In February, General Mills, Minneapolis, MN, announced it will direct more attention to baby boomers during the next five years. The company discovered that consumers over age 55 are the highest per capita consumers of cereal, with whole-grain-rich Honey Nut Cheerios, Fiber One and MultiGrain Cheerios being a large part of the company’s sales growth.

PepsiCo, Purchase, NY, also plans to focus on the boomer group with plans to reduce sodium, sugar and saturated fat in the company’s products. “As a company that was traditionally focused on a younger person, we’re now learning to set our sights on the young person and the boomer,” said Indra Nooyi, c.e.o., in an Advertising Age article.

But with such a large demographic, it’s important not to lump all boomers into a static group of attributes. Health Focus International, a consumer research organization for health, wellness and nutrition trends, recognizes a number of differences among baby boomers. Those aged 40 to 49 typically still have children living at home and a more harried lifestyle. This group looks for benefits to feel more energetic and less stressed. Meanwhile, those 50 to 64 can afford a more “me” approach because their children have left the home and the issues of stress and tiredness are no longer as prevalent, according to Barbara Davis, vice-president, Health Focus International, St. Petersburg, FL. Also, the later has a greater focus on personal health, particularly bone and joint health. She cautioned that the younger boomers can have negative associations with being labeled baby boomers.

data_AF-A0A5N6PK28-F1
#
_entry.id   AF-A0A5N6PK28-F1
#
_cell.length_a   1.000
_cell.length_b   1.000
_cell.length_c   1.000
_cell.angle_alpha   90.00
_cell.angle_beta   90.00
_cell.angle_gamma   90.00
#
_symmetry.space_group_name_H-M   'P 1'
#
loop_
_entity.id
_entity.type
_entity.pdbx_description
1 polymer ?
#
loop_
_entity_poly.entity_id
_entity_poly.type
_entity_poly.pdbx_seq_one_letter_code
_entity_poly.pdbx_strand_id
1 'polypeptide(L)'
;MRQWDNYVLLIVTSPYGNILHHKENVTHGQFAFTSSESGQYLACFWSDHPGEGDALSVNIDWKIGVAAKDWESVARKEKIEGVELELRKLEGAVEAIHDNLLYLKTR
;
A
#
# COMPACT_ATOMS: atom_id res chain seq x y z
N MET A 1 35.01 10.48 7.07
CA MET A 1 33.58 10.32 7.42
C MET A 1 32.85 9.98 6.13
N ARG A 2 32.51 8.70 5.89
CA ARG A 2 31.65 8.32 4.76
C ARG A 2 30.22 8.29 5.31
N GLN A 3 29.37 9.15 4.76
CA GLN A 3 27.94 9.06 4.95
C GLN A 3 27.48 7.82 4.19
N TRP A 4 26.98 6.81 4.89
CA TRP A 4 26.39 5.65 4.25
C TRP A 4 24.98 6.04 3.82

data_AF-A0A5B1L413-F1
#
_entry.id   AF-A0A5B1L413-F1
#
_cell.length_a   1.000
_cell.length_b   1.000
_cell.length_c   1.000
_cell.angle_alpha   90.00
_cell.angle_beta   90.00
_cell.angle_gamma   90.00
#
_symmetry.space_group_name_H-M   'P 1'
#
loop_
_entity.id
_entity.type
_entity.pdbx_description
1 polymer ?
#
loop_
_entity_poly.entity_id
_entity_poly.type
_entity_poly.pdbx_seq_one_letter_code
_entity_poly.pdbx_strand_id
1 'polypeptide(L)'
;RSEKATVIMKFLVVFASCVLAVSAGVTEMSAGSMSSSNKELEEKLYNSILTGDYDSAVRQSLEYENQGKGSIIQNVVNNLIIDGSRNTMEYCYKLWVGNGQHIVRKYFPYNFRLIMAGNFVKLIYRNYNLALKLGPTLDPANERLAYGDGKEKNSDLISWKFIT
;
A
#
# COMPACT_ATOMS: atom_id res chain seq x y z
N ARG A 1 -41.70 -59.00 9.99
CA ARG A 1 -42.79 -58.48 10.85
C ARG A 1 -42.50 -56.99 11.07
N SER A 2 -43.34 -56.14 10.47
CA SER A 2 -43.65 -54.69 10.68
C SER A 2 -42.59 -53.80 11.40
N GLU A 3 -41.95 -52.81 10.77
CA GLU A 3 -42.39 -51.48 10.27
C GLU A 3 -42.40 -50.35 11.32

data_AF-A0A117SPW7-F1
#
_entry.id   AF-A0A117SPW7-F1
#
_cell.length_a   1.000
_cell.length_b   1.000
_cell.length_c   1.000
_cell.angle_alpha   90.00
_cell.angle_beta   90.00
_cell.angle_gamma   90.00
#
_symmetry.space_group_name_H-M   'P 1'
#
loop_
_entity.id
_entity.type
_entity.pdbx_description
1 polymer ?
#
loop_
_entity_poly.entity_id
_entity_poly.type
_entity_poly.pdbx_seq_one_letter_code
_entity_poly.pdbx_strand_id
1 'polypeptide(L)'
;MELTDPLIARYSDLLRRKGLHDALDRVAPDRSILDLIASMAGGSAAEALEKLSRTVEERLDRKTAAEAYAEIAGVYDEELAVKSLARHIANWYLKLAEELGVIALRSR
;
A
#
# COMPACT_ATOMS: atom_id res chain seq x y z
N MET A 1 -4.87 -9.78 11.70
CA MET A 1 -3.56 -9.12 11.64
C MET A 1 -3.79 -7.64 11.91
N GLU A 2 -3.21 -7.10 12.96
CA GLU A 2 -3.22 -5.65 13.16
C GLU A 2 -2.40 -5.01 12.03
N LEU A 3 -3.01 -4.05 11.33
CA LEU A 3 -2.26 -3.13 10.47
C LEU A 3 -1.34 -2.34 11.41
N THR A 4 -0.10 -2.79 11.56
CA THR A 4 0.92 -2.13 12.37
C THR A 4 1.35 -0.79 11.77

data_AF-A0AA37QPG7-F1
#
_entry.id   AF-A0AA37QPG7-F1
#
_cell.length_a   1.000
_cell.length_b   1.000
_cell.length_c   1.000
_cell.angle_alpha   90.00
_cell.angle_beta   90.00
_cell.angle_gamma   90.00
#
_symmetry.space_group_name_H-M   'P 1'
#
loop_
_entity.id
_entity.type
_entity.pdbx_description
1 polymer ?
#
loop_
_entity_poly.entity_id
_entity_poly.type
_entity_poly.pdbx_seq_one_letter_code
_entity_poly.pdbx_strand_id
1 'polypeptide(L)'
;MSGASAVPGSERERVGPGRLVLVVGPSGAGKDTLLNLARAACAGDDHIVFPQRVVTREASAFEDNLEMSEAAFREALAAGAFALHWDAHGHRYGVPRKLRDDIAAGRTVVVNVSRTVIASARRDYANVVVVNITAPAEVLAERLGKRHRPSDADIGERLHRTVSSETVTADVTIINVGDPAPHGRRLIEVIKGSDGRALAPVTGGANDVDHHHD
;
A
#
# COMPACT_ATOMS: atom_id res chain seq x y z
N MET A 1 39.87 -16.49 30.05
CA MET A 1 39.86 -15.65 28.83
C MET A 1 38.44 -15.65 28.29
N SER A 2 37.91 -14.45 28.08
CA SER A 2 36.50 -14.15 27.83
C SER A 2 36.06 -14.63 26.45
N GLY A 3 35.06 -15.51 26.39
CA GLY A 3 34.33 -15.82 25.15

“The 50-to-64 age group is not as concerned about longevity; they want to maintain activity levels and continue to contribute to their work, leisure and exercise habits in the same way,” Ms. Davis said. “At the age of 50, people focus on managing high blood pressure and cholesterol, and they start to address some of the issues that are not as top-of-mind earlier in life.”